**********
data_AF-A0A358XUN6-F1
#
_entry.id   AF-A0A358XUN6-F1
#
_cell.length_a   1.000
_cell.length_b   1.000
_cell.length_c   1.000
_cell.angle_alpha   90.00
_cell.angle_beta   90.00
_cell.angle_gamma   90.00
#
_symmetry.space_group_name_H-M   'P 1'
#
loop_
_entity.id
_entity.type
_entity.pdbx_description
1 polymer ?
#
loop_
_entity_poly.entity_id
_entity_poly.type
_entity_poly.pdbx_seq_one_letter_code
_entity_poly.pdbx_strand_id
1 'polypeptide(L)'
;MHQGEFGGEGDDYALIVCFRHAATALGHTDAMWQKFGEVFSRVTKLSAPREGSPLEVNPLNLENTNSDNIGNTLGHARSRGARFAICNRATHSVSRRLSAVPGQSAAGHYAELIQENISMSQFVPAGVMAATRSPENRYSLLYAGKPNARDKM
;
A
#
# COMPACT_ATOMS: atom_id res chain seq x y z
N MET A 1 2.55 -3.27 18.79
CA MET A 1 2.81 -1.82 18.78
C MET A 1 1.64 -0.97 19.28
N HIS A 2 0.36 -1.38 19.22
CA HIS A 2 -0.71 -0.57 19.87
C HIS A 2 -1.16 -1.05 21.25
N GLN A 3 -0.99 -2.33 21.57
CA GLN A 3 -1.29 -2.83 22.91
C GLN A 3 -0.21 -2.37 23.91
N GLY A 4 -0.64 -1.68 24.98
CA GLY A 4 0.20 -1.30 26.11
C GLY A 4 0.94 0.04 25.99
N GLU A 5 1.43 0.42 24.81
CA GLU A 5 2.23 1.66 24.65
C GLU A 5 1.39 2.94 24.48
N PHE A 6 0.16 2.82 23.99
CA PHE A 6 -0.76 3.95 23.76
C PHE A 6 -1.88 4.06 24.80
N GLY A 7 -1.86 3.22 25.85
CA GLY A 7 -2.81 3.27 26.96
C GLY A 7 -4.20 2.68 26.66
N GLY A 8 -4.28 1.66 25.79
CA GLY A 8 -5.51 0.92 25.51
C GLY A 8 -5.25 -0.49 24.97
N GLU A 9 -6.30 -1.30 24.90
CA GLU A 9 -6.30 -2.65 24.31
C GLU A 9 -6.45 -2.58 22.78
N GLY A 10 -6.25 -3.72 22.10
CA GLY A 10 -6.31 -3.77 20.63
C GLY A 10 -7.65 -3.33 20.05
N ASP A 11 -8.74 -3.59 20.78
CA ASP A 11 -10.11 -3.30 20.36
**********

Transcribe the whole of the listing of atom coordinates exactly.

data_AF-A0A358XUN6-F1
#
_entry.id   AF-A0A358XUN6-F1
#
_cell.length_a   1.000
_cell.length_b   1.000
_cell.length_c   1.000
_cell.angle_alpha   90.00
_cell.angle_beta   90.00
_cell.angle_gamma   90.00
#
_symmetry.space_group_name_H-M   'P 1'
#
loop_
_entity.id
_entity.type
_entity.pdbx_description
1 polymer ?
#
loop_
_entity_poly.entity_id
_entity_poly.type
_entity_poly.pdbx_seq_one_letter_code
_entity_poly.pdbx_strand_id
1 'polypeptide(L)'
;MHQGEFGGEGDDYALIVCFRHAATALGHTDAMWQKFGEVFSRVTKLSAPREGSPLEVNPLNLENTNSDNIGNTLGHARSRGARFAICNRATHSVSRRLSAVPGQSAAGHYAELIQENISMSQFVPAGVMAATRSPENRYSLLYAGKPNARDKM
;
A
#
# COMPACT_ATOMS: atom_id res chain seq x y z
N MET A 1 2.55 -3.27 18.79
CA MET A 1 2.81 -1.82 18.78
C MET A 1 1.64 -0.97 19.28
N HIS A 2 0.36 -1.38 19.22
CA HIS A 2 -0.71 -0.57 19.87
C HIS A 2 -1.16 -1.05 21.25
N GLN A 3 -0.99 -2.33 21.57
CA GLN A 3 -1.29 -2.83 22.91
C GLN A 3 -0.21 -2.37 23.91
N GLY A 4 -0.64 -1.68 24.98
CA GLY A 4 0.20 -1.30 26.11
C GLY A 4 0.94 0.04 25.99
N GLU A 5 1.43 0.42 24.81
CA GLU A 5 2.23 1.66 24.65
C GLU A 5 1.39 2.94 24.48
N PHE A 6 0.16 2.82 23.99
CA PHE A 6 -0.76 3.95 23.76
C PHE A 6 -1.88 4.06 24.80
N GLY A 7 -1.86 3.22 25.85
CA GLY A 7 -2.81 3.27 26.96
C GLY A 7 -4.20 2.68 26.66
N GLY A 8 -4.28 1.66 25.79
CA GLY A 8 -5.51 0.92 25.51
C GLY A 8 -5.25 -0.49 24.97
N GLU A 9 -6.30 -1.30 24.90
CA GLU A 9 -6.30 -2.65 24.31
C GLU A 9 -6.45 -2.58 22.78
N GLY A 10 -6.25 -3.72 22.10
CA GLY A 10 -6.31 -3.77 20.63
C GLY A 10 -7.65 -3.33 20.05
N ASP A 11 -8.74 -3.59 20.78
CA ASP A 11 -10.11 -3.30 20.36